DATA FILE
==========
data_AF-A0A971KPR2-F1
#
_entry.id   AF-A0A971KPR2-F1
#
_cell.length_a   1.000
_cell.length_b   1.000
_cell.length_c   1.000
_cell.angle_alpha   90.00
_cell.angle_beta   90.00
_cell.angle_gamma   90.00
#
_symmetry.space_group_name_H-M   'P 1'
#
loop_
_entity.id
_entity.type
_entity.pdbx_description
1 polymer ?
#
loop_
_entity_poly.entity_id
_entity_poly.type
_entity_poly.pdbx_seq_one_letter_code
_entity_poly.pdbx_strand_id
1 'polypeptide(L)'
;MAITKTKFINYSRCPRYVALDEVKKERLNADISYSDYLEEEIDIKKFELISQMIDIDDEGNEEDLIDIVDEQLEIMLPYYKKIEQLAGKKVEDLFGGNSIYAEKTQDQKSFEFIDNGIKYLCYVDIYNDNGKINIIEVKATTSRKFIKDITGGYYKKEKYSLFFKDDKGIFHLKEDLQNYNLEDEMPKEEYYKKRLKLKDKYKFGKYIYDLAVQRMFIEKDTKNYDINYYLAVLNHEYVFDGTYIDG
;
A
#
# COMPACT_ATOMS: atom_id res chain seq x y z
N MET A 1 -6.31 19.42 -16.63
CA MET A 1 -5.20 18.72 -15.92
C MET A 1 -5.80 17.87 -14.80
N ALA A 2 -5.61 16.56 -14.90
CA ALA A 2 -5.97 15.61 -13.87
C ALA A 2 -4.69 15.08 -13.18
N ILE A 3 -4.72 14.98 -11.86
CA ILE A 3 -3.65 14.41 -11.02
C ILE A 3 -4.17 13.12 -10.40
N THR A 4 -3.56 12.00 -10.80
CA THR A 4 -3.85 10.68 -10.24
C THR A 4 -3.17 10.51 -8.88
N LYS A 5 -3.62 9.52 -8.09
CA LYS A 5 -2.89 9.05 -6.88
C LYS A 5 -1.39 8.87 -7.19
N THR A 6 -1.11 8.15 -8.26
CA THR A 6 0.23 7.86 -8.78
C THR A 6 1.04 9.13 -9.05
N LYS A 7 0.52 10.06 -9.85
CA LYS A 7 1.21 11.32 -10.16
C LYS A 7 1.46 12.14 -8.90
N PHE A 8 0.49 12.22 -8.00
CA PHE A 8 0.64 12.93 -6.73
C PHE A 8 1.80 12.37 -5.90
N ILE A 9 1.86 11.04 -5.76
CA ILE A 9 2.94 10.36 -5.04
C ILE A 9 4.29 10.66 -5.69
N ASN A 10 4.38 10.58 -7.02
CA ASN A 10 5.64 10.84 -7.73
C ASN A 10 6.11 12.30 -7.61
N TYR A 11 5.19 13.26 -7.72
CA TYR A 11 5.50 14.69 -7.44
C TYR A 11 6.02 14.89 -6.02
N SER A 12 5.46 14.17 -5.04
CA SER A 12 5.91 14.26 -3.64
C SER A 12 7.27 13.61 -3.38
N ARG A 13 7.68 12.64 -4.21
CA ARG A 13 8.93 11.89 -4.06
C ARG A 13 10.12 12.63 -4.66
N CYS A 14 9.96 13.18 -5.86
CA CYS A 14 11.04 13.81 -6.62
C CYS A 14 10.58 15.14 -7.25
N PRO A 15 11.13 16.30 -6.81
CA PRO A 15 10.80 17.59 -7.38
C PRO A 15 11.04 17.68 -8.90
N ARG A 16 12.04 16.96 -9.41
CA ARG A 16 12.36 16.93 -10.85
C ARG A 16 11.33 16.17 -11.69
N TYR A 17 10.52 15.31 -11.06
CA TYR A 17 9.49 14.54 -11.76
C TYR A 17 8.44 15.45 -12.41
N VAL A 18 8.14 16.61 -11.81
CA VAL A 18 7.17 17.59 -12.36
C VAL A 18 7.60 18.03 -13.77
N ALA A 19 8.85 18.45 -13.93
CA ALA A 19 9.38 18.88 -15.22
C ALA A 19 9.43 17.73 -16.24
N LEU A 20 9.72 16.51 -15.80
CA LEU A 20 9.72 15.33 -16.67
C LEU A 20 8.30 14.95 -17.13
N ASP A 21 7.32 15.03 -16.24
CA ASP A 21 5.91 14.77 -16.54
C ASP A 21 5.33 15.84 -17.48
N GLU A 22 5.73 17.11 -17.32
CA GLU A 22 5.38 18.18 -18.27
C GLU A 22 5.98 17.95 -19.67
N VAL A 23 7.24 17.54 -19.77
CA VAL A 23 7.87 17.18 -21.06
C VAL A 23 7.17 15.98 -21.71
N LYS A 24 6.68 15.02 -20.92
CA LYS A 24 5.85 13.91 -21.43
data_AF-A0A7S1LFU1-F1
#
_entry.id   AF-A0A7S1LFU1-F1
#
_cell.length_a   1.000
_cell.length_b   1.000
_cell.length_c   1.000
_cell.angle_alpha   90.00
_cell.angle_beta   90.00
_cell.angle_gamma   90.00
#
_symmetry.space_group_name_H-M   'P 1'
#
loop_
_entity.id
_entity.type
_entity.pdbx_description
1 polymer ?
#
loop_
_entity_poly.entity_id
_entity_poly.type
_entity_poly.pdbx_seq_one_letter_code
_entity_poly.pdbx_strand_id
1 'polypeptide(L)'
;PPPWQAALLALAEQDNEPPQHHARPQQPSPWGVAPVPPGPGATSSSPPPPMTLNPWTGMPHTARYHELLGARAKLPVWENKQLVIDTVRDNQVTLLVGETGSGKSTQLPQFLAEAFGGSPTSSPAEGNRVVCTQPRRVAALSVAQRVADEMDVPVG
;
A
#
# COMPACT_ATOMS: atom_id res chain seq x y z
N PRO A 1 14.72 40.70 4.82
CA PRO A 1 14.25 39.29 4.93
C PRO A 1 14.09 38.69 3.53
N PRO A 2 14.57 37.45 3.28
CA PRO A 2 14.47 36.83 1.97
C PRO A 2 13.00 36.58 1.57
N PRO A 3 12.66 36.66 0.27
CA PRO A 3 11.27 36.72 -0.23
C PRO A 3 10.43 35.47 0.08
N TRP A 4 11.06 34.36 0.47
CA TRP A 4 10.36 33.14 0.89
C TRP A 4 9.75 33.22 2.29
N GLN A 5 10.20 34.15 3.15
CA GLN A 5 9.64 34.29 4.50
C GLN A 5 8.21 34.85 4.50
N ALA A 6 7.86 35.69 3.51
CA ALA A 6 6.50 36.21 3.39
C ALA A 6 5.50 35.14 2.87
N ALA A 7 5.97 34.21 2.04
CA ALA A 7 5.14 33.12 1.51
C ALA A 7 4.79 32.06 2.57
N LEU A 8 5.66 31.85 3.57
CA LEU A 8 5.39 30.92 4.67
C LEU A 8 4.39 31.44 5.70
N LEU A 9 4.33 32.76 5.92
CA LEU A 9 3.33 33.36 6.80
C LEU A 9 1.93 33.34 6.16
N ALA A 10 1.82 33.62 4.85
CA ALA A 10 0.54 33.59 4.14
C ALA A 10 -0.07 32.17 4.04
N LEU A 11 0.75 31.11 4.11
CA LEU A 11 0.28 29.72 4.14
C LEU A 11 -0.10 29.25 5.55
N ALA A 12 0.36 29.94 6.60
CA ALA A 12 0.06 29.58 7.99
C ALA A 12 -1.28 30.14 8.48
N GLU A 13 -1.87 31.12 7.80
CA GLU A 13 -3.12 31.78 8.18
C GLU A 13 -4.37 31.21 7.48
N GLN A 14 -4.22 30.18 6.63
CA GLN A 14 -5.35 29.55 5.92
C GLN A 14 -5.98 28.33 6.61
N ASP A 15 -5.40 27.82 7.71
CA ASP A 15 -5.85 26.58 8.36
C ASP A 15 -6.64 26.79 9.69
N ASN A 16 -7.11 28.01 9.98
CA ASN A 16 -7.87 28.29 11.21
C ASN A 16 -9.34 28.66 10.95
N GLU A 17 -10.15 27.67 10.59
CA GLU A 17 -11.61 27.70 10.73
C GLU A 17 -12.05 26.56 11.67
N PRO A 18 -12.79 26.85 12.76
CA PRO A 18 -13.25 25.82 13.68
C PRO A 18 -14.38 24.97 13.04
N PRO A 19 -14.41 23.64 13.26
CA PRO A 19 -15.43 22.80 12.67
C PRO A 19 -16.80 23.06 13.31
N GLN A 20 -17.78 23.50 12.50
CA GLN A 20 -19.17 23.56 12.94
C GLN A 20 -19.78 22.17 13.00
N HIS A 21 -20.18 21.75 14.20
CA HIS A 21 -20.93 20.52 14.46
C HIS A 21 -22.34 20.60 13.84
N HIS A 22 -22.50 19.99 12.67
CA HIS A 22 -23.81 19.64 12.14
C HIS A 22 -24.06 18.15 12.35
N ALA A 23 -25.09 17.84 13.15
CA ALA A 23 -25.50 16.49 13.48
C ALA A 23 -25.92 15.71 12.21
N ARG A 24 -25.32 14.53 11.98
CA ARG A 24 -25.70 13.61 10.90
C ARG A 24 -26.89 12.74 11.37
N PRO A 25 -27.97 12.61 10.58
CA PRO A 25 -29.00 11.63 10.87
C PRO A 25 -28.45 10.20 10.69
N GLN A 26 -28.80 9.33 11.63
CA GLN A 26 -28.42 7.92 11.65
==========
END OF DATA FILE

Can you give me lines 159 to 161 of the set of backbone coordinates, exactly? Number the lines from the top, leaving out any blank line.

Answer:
N ALA A 10 1.82 33.62 4.85
CA ALA A 10 0.54 33.59 4.14
C ALA A 10 -0.07 32.17 4.04